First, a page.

As a former domestic violence survivor I can attest to the emotional, physical, mental and sexual abuse they go through on an almost daily basis. Most of them are addicted to their abuser. When I was with my 3rd abuser if I dared to defy him when he wanted to do something, he threatened to leave me. I would shake with continual tremors, chain smoke, vomit, and have dry heaves. I was told later that trying to rid yourself of an addiction to another person is like coming down from heroin. We always think I can change him if I try harder, if I do what he says. I even asked my therapist in the early stages of my recovery when I hadn't built my strength up yet, to please write a note to him asking him not to abuse me anymore. She told me that would only make things worse. I begged and pleaded and finally she gave me the note. After I got home my husband read it and in a cold rage said, I told you not to share our personal life with anyone. She was right. The abuse got worse. At one time I lost my mind, laying under a chair and calling for my mother while I sobbed in fits over and over.
Unless you've been with a domestic violence partner it's difficult to undersand the dynamics that happen. People say, just leave him, you chose him, now stew in your own juices, tell him no, call an attorney, just get a divorce, I'm not helping you, it's your choice and other non-supportive comments. I even had a daughter tell me after I finished recovery and rid myself of my molester that she had planned to wait till the end of the year and if I hadn't gotten rid myself of him she was never going to have anything to do with me again. She'll never know the pain that her statement caused me.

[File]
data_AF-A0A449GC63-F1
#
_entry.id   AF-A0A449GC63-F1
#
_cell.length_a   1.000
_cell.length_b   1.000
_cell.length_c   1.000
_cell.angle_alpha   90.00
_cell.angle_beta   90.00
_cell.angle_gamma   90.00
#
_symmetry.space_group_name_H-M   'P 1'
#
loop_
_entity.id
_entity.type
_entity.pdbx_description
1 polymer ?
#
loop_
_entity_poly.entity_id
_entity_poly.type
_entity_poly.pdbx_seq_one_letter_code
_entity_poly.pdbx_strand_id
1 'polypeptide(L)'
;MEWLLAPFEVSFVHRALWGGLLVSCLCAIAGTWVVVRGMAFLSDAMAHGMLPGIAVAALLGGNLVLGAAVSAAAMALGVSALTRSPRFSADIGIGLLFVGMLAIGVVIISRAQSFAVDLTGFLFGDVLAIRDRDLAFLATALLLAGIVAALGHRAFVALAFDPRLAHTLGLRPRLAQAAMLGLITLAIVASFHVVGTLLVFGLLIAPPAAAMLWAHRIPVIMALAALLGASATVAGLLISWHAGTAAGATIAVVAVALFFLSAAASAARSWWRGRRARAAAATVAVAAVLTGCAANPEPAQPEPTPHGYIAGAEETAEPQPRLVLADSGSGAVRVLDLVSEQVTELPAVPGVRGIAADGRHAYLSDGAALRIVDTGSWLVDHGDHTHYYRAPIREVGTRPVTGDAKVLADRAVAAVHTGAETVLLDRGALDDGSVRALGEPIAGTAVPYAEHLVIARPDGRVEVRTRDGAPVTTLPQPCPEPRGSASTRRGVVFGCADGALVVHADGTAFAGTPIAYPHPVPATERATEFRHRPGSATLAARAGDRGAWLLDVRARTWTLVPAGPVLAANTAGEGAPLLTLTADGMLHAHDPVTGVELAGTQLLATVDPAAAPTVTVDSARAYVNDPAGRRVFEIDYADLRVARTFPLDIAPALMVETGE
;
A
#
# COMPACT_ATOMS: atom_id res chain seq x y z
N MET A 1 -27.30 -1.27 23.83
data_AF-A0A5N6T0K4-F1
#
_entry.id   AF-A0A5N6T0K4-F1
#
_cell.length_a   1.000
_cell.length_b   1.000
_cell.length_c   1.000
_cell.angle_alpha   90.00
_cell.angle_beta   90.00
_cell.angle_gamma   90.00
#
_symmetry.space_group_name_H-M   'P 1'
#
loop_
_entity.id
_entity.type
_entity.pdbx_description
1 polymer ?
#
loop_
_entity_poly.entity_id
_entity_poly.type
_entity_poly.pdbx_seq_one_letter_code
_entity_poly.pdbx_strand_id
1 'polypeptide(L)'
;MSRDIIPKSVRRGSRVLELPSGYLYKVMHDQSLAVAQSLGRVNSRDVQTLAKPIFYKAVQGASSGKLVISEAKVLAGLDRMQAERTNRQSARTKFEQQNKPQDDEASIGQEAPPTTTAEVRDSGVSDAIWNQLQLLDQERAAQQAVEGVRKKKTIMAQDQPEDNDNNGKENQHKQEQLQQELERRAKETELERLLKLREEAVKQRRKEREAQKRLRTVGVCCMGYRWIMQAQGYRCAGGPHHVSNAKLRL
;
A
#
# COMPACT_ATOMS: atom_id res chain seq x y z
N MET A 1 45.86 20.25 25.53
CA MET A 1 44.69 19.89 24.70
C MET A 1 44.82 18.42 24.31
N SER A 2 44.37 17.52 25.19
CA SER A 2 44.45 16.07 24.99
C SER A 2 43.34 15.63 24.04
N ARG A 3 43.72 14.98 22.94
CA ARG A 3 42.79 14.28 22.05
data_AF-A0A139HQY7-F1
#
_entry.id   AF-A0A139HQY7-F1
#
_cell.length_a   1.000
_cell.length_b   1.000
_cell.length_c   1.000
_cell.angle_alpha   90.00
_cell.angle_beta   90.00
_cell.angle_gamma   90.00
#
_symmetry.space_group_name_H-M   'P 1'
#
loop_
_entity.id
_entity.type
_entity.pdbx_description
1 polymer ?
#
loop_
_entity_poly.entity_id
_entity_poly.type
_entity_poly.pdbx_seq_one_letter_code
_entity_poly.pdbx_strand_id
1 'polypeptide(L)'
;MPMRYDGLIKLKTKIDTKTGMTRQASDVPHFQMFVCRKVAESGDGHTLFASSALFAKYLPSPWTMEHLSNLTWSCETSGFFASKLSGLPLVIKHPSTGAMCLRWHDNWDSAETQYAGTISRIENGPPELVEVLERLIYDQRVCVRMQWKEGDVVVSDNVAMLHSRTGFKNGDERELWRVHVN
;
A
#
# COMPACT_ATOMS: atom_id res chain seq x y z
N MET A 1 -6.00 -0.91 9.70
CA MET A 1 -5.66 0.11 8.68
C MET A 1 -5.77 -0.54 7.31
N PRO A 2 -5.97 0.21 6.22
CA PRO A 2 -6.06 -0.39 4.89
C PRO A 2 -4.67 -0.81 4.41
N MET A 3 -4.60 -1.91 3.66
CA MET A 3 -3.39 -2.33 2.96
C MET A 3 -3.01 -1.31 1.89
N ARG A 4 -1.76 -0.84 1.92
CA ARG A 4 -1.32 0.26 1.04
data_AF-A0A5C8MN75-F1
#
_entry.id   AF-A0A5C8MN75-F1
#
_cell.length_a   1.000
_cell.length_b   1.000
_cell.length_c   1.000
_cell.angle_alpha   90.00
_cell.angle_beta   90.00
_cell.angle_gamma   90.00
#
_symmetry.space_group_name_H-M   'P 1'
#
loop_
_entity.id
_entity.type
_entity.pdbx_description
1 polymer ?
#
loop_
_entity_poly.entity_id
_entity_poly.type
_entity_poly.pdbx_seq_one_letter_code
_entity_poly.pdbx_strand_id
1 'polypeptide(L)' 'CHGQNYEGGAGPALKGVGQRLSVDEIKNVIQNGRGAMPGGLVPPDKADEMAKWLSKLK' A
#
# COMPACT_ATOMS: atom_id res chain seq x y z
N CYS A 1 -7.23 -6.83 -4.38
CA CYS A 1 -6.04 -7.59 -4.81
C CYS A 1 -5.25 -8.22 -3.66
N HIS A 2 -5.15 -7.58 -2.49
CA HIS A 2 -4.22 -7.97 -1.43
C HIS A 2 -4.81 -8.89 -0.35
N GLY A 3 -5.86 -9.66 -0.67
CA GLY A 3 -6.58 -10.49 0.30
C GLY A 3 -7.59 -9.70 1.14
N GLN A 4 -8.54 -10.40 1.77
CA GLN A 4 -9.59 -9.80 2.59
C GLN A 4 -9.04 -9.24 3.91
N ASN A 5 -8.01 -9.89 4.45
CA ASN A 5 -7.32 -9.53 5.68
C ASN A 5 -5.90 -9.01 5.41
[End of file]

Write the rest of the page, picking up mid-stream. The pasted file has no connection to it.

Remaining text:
Non are so blind as he who cannot see. This truism was biblical in origin but in the last few centuries it's been re-written many times until the the final result says it all. That daughter was married to an alcoholic, she was both bulimic and alcoholic and she was an incest survivor. Fortunately, she later committed herself to an addictive disorder center and today is rid of her abuser, 14 years sober and active in Acoholics Anonymous.
If you know anyone who is married or living with an abuser she needs love, she needs support, she most of all needs understanding. Make her aware of what there is out there to offer and then let it go. It's her life and she must hit her bottom before she finds the courage. Some of the most courageous women I've ever met have been domestic violence survivors. Just be there for her, no matter how many times she goes over and over all the abuse he's doing. Remind her that a 911 call will bring the police out if it gets that bad.